• givvable carbon footprint module

    Has your business calculated its carbon footprint?

    Complete our carbon footprint module to earn search tags and boost your visibility to business buyers on givvable!

  • Frequently asked questions

  • What does Carbon Footprint mean?

    Carbon footprint is the amount of direct & indirect greenhouse gases emitted by a product, activity or organisation, expressed as carbon dioxide equivalent (CO2e).

  • Should my business calculate its Carbon Footprint?

    The short answer?

    As a supplier to business buyers, it is increasingly important to assess and manage your organisation's carbon footprint. This is because businesses and governments are under pressure to manage down their carbon emissions, including those emitted by their supply chain. In fact, many have set net zero targets and need to demonstrate (and also report) the actions they are taking to meet them.

    What can you do? 

    First, assess your organisation's carbon footprint. Next, register on givvable and complete our carbon footprint module. Your organisation can earn search tags that boost your visibility to business buyers looking to engage with suppliers taking action on sustainability.

  • What are Scope 1, Scope 2 and Scope 3 emissions?

    Total Carbon Footprint means the amount of greenhouse gas (GHG) emissions that are directly and indirectly emitted by an organisation across its value chain. This is represented by Scope 1, 2 and 3 CO2e emissions.

    Scope 1 CO2e emissions are all direct GHG emissions resulting from activities within the organisation's control (includes on-site fuel combustion, manufacturing and process emissions, refrigerant losses and company vehicles).

    Scope 2 CO2e emissions are indirect GHG emissions from energy commodities (e.g. electricity) purchased and used by the organisation.

    Scope 3 CO2e emissions are all other indirect GHG emissions from the organisation's activities, occurring from sources that they do not own or control. These are usually the greatest share of an organisation's carbon footprint and include emissions associated with business travel, procurement, waste and water, among other activities.

  • How can I get a Carbon Footprint assessment?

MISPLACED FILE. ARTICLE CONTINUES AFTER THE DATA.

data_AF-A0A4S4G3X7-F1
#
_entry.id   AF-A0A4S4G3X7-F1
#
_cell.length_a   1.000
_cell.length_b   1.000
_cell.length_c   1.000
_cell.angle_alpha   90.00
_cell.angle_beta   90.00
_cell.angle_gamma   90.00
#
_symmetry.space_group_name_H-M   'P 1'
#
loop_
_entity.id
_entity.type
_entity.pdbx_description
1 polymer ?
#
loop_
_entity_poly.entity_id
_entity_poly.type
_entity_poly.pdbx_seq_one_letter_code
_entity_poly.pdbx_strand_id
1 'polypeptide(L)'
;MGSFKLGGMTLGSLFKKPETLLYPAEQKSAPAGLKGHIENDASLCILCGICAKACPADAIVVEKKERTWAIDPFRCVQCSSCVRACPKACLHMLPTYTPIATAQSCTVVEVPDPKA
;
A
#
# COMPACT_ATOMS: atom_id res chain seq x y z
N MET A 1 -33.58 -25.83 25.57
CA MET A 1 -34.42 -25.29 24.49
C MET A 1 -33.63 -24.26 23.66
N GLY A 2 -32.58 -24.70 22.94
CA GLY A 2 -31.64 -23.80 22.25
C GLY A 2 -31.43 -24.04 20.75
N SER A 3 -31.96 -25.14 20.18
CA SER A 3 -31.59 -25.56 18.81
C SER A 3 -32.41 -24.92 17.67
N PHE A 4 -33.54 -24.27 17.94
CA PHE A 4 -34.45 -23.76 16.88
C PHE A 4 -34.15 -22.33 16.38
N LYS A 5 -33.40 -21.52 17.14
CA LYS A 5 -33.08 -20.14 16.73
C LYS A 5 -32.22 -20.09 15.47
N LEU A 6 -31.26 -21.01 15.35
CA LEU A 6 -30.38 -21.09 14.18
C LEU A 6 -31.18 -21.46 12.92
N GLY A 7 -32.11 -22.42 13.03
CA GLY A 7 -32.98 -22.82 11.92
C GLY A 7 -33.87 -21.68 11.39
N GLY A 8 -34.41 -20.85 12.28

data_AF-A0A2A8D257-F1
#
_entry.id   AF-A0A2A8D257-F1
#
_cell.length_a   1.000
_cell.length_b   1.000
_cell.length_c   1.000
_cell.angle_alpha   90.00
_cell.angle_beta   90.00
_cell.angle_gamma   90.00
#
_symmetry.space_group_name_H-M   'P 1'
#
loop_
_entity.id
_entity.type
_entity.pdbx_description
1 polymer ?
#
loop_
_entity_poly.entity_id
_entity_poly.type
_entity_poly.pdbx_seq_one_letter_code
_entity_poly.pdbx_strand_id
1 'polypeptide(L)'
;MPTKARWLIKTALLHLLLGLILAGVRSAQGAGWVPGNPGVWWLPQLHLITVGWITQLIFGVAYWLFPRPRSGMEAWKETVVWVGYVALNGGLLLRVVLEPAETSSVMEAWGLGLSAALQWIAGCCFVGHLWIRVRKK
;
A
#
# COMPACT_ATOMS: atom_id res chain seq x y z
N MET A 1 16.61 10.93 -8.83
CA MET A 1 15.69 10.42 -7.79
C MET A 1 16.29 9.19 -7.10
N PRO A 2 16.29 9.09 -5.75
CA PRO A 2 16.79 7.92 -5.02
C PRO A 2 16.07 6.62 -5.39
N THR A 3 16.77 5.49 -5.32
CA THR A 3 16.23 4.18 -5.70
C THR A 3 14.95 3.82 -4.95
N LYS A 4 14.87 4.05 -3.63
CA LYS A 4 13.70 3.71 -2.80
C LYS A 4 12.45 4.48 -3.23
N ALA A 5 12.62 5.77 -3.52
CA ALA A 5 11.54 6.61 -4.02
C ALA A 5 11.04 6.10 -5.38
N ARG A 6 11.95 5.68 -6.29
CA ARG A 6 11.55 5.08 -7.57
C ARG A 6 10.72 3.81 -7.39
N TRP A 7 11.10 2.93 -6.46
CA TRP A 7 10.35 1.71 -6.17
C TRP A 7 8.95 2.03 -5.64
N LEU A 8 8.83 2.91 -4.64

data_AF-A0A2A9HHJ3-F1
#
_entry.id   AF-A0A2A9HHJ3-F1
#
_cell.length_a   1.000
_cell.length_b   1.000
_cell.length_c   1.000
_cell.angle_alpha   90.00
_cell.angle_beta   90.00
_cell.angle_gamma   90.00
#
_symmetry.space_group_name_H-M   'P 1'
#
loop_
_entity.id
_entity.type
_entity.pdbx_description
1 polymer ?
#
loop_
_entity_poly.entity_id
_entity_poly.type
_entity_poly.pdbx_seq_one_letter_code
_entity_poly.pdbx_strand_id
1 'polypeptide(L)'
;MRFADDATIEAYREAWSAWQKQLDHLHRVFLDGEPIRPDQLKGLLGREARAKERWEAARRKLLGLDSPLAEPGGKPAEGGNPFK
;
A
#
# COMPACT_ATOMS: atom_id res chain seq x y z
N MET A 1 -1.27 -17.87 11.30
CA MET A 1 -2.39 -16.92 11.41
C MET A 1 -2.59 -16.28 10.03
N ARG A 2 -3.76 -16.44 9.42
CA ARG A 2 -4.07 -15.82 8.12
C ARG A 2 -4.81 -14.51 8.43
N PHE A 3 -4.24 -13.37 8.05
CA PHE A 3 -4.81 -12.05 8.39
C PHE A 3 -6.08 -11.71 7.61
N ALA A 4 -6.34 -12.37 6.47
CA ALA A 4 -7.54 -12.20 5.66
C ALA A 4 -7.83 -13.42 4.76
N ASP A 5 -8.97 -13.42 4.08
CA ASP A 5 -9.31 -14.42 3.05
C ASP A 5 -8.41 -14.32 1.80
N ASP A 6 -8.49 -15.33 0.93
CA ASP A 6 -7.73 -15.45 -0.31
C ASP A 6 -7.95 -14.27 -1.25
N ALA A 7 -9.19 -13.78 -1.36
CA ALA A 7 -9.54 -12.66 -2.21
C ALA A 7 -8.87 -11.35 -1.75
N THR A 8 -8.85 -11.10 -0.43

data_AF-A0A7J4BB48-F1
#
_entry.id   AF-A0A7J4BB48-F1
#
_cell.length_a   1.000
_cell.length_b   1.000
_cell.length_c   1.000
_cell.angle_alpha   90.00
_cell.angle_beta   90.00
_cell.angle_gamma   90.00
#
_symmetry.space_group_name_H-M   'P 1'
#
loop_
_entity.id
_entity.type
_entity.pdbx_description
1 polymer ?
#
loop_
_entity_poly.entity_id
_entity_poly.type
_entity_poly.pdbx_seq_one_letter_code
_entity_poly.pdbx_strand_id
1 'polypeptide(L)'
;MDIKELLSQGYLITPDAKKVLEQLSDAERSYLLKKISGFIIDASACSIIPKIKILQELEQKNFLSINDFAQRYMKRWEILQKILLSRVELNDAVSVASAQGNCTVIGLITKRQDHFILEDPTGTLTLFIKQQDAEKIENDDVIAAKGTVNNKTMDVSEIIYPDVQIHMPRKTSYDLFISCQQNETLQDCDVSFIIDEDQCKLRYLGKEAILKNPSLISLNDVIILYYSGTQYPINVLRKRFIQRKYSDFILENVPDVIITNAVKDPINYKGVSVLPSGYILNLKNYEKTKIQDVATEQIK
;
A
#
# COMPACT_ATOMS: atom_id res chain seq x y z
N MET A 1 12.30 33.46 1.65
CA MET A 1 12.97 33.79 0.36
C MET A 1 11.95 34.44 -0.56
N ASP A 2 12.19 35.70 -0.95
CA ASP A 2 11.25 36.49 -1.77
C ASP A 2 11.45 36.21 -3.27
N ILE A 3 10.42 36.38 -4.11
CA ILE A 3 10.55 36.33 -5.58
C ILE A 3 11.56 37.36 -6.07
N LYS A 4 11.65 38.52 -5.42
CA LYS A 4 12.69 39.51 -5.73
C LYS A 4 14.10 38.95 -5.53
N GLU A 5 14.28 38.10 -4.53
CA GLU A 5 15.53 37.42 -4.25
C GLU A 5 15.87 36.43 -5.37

You can get a carbon footprint assessment for your organisation from a service provider, such as a consultant or certifier. These assessments typically adopt one or more of the frameworks outlined below and help your organisation identify the best strategic approach to reducing your carbon footprint.

    There are also now many online service providers offering a range of carbon footprint assessment tools, ranging from free carbon footprint calculators to more in-depth assessments based on internal and external data. 

    The cost of a carbon footprint assessment typically depends on a range of factors including the scope of assessment, nature of the service being provided (e.g. consultancy vs. online tool) and whether it is based on actual or estimated data. 

  • What are the frameworks for assessing Carbon Footprint?

    The frameworks for assessing carbon footprint share the common objective of providing guidance for standardising, accounting and reporting GHG emissions using science-based methodology. Different frameworks exist to comply with international standards and regional regulations. Leading frameworks include:

    ISO 14064 refers to the International Organization for Standardization 14064 for the quantification and reporting of GHG emissions and removal

    GHG Protocol refers to the Greenhouse Gas Protocol by World Resources Institute and World Business Council for Sustainable Development

    US EPA refers to the United States Environmental Protection Agency Greenhouse Gas Inventory Development Process and Guidance

    NGER refers to the Australian National Greenhouse and Energy Reporting Act 2007

    PCAF refers to the Global GHG Accounting & Reporting Standard for the Financial Industry by Partnership for Carbon Accounting Financials

  • Should we reduce or offset our Carbon Footprint?